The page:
Roll over Beethoven.
A diversity of music in Montpellier.
FILMS , MUSIC, DRAMA AND ART
Montpellier is a vibrant city. One of the things for which I value it the most is the quality of its music. We have enjoyed some wonderful concerts both at the beautiful opera house in Place de la Comédie, and at the imposing granite built concert hall, The Corum nearby. From Monteverdi to Mahler, and Puccini to Philip Glass, the repertoire is vast, and the resident orchestra, choir and guest performers are always tip top. And so it was with some excitement that we set off for Montpellier last evening in order to hear Beethoven's Ninth Symphony which was to be performed by our Montpellier National Orchestra, conducted by everyone's favourite conductor Michael Schonwandt, now semi retired. The choral pieces were to be sung by three united choirs, together with four guest soloists. Little did we know that our evening's entertainment would begin a little earlier than anticipated.
We were treated to our first musical rendition as we took our seats on the line One tram. Someone was singing behind us. The tune sounded familiar. "Ah yes," I said "it's Swan Lake." It was a gentle voice but it sang the long opening phrase perfectly, over and over again. A few stops down the line a mother ushered a small girl towards the exit. The singer had been no more than seven or eight years of age. As we headed for the Corum I reflected that this talented child might well be occupying centre stage of this very concert hall in twenty years time. Maybe as a concert pianist, or maybe a diva. There is an excellent conservatoire where her musical talents could be nurtured, and Montpellier's children's choirs are a joy.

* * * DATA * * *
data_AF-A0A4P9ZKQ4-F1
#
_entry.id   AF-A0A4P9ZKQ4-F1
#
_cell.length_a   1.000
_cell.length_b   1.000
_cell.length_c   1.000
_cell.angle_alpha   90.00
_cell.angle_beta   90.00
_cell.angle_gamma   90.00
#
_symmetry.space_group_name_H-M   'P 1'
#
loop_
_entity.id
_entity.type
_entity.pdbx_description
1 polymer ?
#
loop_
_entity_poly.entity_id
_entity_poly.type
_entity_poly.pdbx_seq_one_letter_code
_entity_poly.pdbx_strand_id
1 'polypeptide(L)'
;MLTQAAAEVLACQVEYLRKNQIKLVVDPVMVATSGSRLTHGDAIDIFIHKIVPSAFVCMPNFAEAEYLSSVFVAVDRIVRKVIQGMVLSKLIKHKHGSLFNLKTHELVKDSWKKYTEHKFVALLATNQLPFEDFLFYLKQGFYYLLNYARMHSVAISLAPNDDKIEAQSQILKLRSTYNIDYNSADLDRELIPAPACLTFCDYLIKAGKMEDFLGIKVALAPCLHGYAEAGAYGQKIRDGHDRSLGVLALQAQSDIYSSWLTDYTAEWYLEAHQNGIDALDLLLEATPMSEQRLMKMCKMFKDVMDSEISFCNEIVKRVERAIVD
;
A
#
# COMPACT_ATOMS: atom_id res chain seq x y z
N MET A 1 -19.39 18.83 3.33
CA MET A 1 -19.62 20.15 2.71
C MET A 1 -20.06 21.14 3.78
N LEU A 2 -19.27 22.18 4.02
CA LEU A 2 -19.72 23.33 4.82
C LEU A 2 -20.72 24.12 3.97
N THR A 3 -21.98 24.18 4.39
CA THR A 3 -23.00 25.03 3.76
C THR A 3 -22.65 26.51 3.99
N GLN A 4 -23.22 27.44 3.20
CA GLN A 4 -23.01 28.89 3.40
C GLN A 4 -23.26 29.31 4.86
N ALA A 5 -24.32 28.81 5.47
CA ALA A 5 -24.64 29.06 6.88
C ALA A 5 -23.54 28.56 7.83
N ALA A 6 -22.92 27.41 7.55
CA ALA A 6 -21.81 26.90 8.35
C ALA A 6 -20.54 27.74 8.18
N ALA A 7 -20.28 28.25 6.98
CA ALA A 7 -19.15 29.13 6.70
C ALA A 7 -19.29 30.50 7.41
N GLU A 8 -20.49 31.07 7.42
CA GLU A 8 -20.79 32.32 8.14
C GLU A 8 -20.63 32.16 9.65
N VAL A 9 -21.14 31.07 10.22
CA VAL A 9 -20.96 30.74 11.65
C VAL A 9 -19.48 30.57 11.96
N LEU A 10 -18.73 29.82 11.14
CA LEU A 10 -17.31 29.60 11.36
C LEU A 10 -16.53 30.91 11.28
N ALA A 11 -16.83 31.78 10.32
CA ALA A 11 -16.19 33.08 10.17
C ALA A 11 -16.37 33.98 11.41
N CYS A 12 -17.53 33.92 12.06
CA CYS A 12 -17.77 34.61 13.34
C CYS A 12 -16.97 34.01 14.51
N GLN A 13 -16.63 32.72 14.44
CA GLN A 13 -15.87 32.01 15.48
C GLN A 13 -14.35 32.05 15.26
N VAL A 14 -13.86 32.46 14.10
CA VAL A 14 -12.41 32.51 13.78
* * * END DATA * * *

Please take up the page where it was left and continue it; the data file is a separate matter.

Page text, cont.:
We left the tram at Place de la Comédie. It was 'Happy Hour' at our favourite pizza restaurant, and we planned to eat at a bargain rate before the concert. But what was that music that filled the air? This huge pedestrian precinct forms the very heart of Montpellier. It is always abuzz with people crossing purposefully from one side to the other, chatting in groups or just gawping, while some dine at outdoor restaurant tables. One often sees small groups gathered around an entertainer: a singer perhaps; an accordionist; or a group of break dancers. It is never boring here, but usually we don't linger. However, last evening I was stopped in my tracks. There was only one performer that night, but his voice resonated around the darkening sky. It was stunning. He had attracted a large crowd as he sang in French , while accompanying himself on an electrically amplified guitar and drums which he operated with foot pedals. But it was his voice that grabbed me. I suspect that he originated from Mali, because his voice had that haunting quality of Youssou Ndour. If he is not already a widely celebrated musician and singer , he certainly should be. Later, as we ate our pizzas, I asked the waitress if she knew his name. Sadly she didn't. Apparently he was new to the square, but judging by the way her eyes shone, I reckon he has already made many fans.